We have developed a robust, pragmatic curriculum, curated from use cases developed in collaboration with the community of open researchers we engage, continuously iterating to bring forth new use cases, examples and workflows.
Both options take participating researchers through the same day-long workshop on open and reproducible research. The remote workshop option contains an additional day of material meant for staff who work in a training or support capacity. This additional remote day is focused on introducing our own training support materials, examples from other campuses, and working through the tasks required of staff members who will be acting as facilitators during the workshop with researchers.
The presentation and explanation portions of the workshop are handled via a video conference connection to our trainer in VA. Local facilitators work with researchers during the exercise portions of the workshop to ensure no one gets stuck, to help pass common questions or challenges over to the remote trainer so that they can be addressed for the whole group, and to help keep to the schedule by signaling the remote trainer when the room is ready for the next material. Facilitators will have participated in a dedicated training day, also remote, to work through all the exercises directly with the trainer and practice coordinating activities. Only one facilitator must be available during both days of this training though having two or three can be beneficial.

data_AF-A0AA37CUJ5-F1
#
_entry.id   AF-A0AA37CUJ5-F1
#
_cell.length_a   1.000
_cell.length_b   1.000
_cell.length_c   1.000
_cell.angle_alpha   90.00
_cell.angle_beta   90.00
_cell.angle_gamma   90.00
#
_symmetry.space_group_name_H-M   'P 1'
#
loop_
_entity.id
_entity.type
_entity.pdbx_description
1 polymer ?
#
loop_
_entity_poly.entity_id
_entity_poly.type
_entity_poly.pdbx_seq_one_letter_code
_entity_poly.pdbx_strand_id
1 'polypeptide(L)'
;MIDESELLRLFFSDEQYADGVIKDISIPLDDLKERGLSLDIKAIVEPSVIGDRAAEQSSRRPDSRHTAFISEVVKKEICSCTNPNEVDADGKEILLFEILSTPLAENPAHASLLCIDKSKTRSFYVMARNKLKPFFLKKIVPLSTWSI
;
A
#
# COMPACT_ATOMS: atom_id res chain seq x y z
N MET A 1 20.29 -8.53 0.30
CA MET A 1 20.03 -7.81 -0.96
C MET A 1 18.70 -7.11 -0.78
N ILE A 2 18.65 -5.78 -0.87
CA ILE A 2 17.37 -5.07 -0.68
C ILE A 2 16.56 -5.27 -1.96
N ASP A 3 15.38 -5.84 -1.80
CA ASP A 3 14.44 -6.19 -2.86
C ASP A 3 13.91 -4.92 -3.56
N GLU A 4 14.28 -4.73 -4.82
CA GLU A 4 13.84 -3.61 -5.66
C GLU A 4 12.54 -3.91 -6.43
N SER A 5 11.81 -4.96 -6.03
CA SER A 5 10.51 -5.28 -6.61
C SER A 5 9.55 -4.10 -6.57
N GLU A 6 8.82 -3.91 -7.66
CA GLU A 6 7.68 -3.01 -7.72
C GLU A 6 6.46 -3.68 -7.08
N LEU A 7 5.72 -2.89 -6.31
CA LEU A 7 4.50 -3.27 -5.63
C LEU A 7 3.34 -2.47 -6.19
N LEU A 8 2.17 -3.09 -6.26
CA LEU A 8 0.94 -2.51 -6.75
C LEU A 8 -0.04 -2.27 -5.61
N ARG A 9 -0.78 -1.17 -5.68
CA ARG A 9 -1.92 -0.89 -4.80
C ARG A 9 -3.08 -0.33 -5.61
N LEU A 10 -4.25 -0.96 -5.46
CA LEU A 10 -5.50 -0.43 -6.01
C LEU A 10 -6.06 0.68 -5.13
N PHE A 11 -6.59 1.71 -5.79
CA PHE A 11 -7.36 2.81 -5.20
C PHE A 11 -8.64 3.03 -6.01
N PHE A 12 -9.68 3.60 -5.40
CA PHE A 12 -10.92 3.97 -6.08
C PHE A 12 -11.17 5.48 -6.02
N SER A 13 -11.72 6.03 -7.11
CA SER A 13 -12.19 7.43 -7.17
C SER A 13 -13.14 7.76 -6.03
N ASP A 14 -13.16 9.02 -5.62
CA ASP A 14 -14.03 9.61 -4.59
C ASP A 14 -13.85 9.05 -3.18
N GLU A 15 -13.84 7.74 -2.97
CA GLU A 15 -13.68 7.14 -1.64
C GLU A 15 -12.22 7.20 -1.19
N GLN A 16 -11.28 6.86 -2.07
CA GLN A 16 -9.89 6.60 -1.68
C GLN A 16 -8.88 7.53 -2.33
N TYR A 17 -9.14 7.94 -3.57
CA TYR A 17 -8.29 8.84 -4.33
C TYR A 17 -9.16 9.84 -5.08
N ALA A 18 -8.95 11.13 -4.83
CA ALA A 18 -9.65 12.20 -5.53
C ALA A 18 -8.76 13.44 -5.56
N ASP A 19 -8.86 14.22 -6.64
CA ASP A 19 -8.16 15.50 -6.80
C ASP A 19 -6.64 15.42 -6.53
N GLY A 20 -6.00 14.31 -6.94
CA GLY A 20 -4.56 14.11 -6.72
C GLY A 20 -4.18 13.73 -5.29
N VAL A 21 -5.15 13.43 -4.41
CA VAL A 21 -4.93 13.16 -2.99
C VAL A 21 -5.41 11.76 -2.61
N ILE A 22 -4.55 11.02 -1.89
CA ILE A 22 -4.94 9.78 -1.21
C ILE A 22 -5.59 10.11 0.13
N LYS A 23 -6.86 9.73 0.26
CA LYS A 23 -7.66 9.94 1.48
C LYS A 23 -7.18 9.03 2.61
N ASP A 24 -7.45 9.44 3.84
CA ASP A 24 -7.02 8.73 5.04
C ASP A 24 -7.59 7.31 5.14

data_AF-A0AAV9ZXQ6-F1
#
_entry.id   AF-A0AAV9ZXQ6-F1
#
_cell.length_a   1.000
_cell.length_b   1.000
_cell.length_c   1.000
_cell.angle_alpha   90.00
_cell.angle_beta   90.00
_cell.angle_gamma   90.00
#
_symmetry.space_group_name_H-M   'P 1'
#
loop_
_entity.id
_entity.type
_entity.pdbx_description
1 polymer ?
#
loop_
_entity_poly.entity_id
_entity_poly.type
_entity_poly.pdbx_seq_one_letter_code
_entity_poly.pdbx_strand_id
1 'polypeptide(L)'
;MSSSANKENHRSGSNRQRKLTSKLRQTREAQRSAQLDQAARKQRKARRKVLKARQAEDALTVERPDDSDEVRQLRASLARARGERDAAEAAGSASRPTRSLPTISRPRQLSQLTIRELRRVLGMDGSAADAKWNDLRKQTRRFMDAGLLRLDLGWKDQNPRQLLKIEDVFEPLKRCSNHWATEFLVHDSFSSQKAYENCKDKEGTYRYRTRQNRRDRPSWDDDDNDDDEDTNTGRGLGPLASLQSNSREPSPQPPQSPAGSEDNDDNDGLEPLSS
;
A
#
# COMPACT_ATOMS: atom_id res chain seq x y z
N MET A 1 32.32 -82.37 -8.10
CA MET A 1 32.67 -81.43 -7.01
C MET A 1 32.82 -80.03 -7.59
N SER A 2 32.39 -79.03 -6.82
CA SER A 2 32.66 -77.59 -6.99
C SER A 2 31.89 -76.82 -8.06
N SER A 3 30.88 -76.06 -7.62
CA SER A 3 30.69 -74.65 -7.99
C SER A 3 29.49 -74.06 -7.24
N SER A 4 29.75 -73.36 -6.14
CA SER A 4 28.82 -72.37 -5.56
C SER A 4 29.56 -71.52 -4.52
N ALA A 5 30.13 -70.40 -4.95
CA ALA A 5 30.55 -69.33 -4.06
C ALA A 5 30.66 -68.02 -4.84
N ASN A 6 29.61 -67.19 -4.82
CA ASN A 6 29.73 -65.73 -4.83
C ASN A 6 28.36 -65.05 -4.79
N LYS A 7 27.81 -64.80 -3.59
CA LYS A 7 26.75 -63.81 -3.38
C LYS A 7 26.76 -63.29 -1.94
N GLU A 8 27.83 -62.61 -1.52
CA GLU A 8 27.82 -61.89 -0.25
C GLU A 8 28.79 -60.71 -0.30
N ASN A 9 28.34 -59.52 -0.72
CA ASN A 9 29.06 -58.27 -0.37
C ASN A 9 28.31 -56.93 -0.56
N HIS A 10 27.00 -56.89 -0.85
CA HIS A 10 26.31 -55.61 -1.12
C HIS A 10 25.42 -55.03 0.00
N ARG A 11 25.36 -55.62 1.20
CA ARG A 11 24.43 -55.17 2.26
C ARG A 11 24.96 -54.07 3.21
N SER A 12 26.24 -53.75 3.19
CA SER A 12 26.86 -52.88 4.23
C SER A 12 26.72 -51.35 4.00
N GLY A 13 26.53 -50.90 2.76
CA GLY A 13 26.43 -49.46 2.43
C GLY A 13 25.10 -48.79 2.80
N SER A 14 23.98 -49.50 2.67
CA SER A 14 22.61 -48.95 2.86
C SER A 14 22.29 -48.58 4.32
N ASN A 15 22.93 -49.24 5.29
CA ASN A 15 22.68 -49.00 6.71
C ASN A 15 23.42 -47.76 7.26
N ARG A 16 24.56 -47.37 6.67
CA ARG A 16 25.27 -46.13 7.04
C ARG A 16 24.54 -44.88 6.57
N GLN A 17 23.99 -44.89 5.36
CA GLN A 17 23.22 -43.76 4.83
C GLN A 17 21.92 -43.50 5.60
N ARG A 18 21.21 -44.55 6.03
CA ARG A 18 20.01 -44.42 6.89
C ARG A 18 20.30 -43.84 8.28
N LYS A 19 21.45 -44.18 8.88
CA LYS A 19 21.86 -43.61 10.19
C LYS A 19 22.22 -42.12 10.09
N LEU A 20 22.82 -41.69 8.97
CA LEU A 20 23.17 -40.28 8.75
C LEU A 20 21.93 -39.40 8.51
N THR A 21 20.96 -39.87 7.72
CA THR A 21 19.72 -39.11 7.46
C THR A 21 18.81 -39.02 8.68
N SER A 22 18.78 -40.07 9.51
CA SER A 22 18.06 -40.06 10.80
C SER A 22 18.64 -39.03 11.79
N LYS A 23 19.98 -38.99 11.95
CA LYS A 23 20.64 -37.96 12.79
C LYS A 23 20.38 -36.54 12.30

COS currently requests a projector be provided at the facility and will need to add at least a mic/speaker setup for audio. We will also need a machine with a wired connection for the presenter to avoid network issues.
COS needs to check rooms at least two days, and ideally a week, beforehand to make sure we can get a good zoom link, that audio levels can be worked out, etc.
COS provides a template flyer and logos available for you to freely distribute.
COS generates a standard anonymous survey for workshop participants to gauge their existing familiarity with the concepts and tools discussed, the impact of the workshop on their intention to implement various reproducibility-related practices in their research, and their general interest in additional training on these topics. We are happy to share these survey results with event organizers and/or integrate the questions into any existing training survey/feedback processes on campus.
Workshops are generally best for any scholars who are engaged in quantitative research, though we can give workshops that are geared towards one particular discipline, e.g. psychology, if there is demand for that. Our general audience is a combination of graduate students and faculty, and we also often have members of the library staff and research staff in attendance.
Yes, it is fine to record a workshop and make it available later for researchers who were unable to attend the workshops.